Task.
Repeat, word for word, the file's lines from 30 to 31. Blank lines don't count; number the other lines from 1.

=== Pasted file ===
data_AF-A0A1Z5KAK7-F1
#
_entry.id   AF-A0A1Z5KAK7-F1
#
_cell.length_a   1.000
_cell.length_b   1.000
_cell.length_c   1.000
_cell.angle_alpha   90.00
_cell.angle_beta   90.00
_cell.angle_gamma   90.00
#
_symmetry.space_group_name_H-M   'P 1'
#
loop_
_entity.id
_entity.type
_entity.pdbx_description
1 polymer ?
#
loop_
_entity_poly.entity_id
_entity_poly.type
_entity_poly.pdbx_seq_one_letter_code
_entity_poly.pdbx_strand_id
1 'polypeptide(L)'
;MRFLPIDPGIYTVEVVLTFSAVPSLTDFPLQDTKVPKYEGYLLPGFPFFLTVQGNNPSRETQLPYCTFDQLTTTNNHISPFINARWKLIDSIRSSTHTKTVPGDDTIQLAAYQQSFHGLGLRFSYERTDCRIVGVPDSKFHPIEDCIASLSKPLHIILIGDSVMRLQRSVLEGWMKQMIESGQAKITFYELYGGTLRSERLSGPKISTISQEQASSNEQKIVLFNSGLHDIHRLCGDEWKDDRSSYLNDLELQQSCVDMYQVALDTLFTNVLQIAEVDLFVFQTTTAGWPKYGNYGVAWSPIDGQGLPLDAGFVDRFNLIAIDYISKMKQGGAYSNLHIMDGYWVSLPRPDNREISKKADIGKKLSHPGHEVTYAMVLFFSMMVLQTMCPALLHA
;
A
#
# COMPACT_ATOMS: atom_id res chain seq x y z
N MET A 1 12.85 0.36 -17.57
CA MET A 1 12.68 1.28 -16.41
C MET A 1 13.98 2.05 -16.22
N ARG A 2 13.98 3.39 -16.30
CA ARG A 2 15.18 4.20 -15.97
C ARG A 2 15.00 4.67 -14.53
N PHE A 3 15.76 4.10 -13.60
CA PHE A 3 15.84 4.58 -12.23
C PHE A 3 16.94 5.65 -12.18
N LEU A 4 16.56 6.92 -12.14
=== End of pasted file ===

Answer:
# COMPACT_ATOMS: atom_id res chain seq x y z
N MET A 1 12.85 0.36 -17.57